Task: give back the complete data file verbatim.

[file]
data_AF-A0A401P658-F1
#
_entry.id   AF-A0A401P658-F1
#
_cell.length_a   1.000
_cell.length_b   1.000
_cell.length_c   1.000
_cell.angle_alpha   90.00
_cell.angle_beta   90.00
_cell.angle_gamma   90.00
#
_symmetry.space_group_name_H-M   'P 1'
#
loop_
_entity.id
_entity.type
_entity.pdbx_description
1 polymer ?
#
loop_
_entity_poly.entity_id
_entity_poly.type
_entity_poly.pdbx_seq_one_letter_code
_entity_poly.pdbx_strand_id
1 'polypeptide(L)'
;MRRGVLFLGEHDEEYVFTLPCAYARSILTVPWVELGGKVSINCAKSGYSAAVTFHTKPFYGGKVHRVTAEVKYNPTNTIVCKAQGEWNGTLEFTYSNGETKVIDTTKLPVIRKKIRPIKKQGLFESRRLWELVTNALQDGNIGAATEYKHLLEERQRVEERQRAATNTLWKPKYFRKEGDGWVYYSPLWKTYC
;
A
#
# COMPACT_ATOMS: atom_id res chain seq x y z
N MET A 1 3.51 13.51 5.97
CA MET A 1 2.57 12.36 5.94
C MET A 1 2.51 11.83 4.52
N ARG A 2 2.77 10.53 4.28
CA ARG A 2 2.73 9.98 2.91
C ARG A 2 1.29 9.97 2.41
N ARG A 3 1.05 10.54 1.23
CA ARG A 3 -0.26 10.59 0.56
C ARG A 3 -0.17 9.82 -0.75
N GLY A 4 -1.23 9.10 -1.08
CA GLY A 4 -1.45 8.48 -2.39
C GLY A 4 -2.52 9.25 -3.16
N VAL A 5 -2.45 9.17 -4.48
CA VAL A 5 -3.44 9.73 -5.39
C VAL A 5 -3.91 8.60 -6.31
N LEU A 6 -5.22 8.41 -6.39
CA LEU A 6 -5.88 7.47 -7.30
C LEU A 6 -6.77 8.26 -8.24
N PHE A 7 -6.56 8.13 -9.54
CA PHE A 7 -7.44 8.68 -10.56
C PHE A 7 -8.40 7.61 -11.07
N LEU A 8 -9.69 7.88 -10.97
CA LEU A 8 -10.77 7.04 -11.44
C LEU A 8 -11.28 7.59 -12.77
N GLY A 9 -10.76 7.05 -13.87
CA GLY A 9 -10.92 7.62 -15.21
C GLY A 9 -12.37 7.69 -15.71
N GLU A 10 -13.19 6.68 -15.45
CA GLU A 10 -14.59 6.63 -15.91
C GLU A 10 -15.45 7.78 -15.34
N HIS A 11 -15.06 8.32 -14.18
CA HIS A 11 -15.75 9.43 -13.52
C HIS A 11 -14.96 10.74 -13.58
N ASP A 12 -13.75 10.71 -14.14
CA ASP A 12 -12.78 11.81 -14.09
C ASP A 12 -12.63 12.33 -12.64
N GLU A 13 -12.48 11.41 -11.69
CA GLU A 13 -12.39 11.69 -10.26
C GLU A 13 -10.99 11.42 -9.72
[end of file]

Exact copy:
data_AF-A0A401P658-F1
#
_entry.id   AF-A0A401P658-F1
#
_cell.length_a   1.000
_cell.length_b   1.000
_cell.length_c   1.000
_cell.angle_alpha   90.00
_cell.angle_beta   90.00
_cell.angle_gamma   90.00
#
_symmetry.space_group_name_H-M   'P 1'
#
loop_
_entity.id
_entity.type
_entity.pdbx_description
1 polymer ?
#
loop_
_entity_poly.entity_id
_entity_poly.type
_entity_poly.pdbx_seq_one_letter_code
_entity_poly.pdbx_strand_id
1 'polypeptide(L)'
;MRRGVLFLGEHDEEYVFTLPCAYARSILTVPWVELGGKVSINCAKSGYSAAVTFHTKPFYGGKVHRVTAEVKYNPTNTIVCKAQGEWNGTLEFTYSNGETKVIDTTKLPVIRKKIRPIKKQGLFESRRLWELVTNALQDGNIGAATEYKHLLEERQRVEERQRAATNTLWKPKYFRKEGDGWVYYSPLWKTYC
;
A
#
# COMPACT_ATOMS: atom_id res chain seq x y z
N MET A 1 3.51 13.51 5.97
CA MET A 1 2.57 12.36 5.94
C MET A 1 2.51 11.83 4.52
N ARG A 2 2.77 10.53 4.28
CA ARG A 2 2.73 9.98 2.91
C ARG A 2 1.29 9.97 2.41
N ARG A 3 1.05 10.54 1.23
CA ARG A 3 -0.26 10.59 0.56
C ARG A 3 -0.17 9.82 -0.75
N GLY A 4 -1.23 9.10 -1.08
CA GLY A 4 -1.45 8.48 -2.39
C GLY A 4 -2.52 9.25 -3.16
N VAL A 5 -2.45 9.17 -4.48
CA VAL A 5 -3.44 9.73 -5.39
C VAL A 5 -3.91 8.60 -6.31
N LEU A 6 -5.22 8.41 -6.39
CA LEU A 6 -5.88 7.47 -7.30
C LEU A 6 -6.77 8.26 -8.24
N PHE A 7 -6.56 8.13 -9.54
CA PHE A 7 -7.44 8.68 -10.56
C PHE A 7 -8.40 7.61 -11.07
N LEU A 8 -9.69 7.88 -10.97
CA LEU A 8 -10.77 7.04 -11.44
C LEU A 8 -11.28 7.59 -12.77
N GLY A 9 -10.76 7.05 -13.87
CA GLY A 9 -10.92 7.62 -15.21
C GLY A 9 -12.37 7.69 -15.71
N GLU A 10 -13.19 6.68 -15.45
CA GLU A 10 -14.59 6.63 -15.91
C GLU A 10 -15.45 7.78 -15.34
N HIS A 11 -15.06 8.32 -14.18
CA HIS A 11 -15.75 9.43 -13.52
C HIS A 11 -14.96 10.74 -13.58
N ASP A 12 -13.75 10.71 -14.14
CA ASP A 12 -12.78 11.81 -14.09
C ASP A 12 -12.63 12.33 -12.64
N GLU A 13 -12.48 11.41 -11.69
CA GLU A 13 -12.39 11.69 -10.26
C GLU A 13 -10.99 11.42 -9.72